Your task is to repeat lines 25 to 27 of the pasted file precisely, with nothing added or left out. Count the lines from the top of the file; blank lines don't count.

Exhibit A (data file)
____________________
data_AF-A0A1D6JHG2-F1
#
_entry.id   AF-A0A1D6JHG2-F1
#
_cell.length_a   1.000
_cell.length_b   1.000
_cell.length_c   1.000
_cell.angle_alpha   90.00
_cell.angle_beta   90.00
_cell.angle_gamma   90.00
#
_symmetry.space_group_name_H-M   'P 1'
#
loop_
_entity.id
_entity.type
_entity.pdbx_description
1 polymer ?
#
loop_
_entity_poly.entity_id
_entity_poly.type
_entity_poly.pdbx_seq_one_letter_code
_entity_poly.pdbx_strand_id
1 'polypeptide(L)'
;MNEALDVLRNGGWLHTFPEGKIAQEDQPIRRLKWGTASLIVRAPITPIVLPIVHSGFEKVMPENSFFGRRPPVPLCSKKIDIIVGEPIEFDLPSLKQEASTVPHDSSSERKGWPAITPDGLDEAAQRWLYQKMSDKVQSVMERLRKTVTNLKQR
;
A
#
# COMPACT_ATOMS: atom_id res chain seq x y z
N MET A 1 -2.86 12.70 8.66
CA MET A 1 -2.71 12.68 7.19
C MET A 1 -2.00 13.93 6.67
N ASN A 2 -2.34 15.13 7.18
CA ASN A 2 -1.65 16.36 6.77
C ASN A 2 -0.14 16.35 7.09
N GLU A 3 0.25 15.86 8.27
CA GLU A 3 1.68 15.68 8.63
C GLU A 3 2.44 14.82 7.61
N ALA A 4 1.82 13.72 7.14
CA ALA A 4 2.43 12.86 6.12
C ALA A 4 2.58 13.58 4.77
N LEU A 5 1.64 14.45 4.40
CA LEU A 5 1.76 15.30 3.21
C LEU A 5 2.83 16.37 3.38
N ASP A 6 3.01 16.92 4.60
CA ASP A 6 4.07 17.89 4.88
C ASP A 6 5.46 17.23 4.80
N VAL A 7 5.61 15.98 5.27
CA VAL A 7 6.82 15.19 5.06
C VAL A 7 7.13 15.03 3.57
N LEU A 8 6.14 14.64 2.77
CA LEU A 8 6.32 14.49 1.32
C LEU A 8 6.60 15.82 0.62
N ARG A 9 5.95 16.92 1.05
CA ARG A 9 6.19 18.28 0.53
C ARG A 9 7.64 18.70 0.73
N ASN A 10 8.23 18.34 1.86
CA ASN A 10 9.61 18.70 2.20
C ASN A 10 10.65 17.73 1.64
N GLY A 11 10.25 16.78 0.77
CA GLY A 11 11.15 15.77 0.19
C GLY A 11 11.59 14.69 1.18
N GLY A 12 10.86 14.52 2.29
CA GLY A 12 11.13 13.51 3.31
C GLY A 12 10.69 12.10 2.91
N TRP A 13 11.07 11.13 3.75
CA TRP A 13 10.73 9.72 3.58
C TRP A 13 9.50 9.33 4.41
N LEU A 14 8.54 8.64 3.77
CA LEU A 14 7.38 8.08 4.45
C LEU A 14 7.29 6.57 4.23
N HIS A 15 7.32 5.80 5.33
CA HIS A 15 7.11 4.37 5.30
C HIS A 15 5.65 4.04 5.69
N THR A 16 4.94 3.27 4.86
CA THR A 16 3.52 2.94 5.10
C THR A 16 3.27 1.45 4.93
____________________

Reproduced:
1 'polypeptide(L)'
;MNEALDVLRNGGWLHTFPEGKIAQEDQPIRRLKWGTASLIVRAPITPIVLPIVHSGFEKVMPENSFFGRRPPVPLCSKKIDIIVGEPIEFDLPSLKQEASTVPHDSSSERKGWPAITPDGLDEAAQRWLYQKMSDKVQSVMERLRKTVTNLKQR
;